Montessori Curriculum

Montessori curriculum is based on the research and findings of Dr. Maria Montessori (1870 – 1952). Montessori evolved a philosophy of human development that would later spark major educational movements and influence child development approaches throughout the world.

Montessori’s method is structured around, and promotes, the child’s natural, self-initiated impulse to become absorbed in an environment and to learn from it. Based on her observations, Dr. Montessori developed specific materials, techniques and curriculum areas that assist each child in reaching his or her full potential.

Montessori Curriculum Areas

Practical Life Work Examples

Practical Life

The Practical Life section lays the foundation for all other work to be done in the classroom. The activities are everyday tasks that a child needs to learn to master the care of self and care of the environment. Such activities include pouring, sweeping and tying, as well as grace and courtesy. The activities are presented to the child in such a way that concentration, coordination, independence and order are developed.


The goal of the Montessori Sensorial section is to educate the child’s senses. This curriculum area contains Montessori-specific materials that help the child refine his or her experience of sight, sound, touch, taste and smell. In addition, the materials of this section are modeled on scientifically-based concepts, such as metric system dimensions or algebraic formulas. Sensory experience with materials such as these are the child’s first step toward understanding the abstract concepts they represent.


Math Beads Work ExampleMathematics in the Montessori classroom can be separated into a few major categories: beginning counting, advanced counting, the decimal system, rational numbers (fractions), and the operations of addition, multiplication, subtraction and division. Concepts are presented in a very concrete way so that children 3-6 are not only able to count, but skip count, square numbers and work with numbers in the thousands. Once the child has a firm foundation in the operations of addition, multiplication, subtraction and division, memorization of facts is introduced.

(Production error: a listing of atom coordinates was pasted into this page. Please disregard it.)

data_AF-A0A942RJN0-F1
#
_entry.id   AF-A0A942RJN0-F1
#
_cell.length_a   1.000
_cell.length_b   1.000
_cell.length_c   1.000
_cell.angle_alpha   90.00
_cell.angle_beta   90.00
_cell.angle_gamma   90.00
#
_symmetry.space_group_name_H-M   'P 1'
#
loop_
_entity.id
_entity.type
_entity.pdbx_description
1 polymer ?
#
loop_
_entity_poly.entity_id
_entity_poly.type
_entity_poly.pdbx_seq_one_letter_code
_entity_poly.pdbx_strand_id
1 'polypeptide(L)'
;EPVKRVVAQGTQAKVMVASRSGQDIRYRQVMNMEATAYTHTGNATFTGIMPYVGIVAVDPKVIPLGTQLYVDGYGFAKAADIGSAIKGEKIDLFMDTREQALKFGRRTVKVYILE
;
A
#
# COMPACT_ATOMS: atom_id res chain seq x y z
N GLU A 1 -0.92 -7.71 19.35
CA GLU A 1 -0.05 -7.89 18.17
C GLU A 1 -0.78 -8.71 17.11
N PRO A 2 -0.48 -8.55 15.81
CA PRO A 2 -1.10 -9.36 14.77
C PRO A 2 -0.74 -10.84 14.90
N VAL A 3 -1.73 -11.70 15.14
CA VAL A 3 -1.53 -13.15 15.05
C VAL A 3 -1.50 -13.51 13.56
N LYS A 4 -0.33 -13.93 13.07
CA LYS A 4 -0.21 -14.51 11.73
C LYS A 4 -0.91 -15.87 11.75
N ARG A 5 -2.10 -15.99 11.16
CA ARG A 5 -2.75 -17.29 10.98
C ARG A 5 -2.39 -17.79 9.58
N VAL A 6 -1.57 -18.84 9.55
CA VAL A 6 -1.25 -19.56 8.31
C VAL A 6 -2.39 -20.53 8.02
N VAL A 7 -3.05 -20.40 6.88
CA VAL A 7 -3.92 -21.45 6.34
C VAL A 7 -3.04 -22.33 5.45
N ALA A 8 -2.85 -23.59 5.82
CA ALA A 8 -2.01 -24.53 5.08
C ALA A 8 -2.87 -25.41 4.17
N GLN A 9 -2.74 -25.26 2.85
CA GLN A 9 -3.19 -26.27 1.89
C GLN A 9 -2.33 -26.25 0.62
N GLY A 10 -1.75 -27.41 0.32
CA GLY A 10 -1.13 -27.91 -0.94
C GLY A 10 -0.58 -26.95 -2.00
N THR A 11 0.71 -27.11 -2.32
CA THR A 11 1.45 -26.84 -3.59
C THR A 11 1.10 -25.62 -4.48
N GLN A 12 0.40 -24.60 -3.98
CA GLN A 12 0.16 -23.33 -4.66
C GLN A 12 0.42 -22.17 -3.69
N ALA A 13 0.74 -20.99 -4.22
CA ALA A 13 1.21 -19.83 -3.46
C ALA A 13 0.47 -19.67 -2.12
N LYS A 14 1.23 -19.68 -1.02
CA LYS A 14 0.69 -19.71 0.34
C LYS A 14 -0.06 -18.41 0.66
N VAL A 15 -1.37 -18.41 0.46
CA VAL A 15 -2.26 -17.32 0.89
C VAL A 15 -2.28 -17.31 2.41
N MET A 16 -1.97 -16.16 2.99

Sandpaper letter Work Example


Montessori language curriculum is an integrated approach that combines phonetics and whole language. The child is first introduced to letters and sounds. After several sounds are mastered, he can begin to encode (spell) and decode (read) words by linking these sounds together. Words that do not follow the patterns or rules of the English language are presented as sight words. Once the child has gained confidence with his language skills, he can use it to enhance his studies in other areas of the classroom. He can read to research science, geography and history. He can write reports, sharing his learning with his peers. He can follow written recipes and instructions, and record his observations and results.

Zoology Puzzles Work Examples


A child of age 2 to 6 years old is concerned with absorbing the real world around him. The science materials present certain aspects of this world, in such a way that the child can observe, experiment, demonstrate and record what he has learned. The focus here is that the child learns how to be a scientist: objective, organized, able to perform tasks in a predetermined order, and record the results. He learns to classify, label and differentiate. Science is a hands-on activity that includes biology, botany, zoology, and physical science.

Continent Globe

Culture Studies

The topic of Culture Studies integrates and emphasizes a region or population’s geography, history, music, art, etc. The children study different areas of the world, and experience concrete examples of that area’s language, literature, dress, food, artwork and music, both past and present. This increasingly important area introduces the child to our planet’s great diversity of people.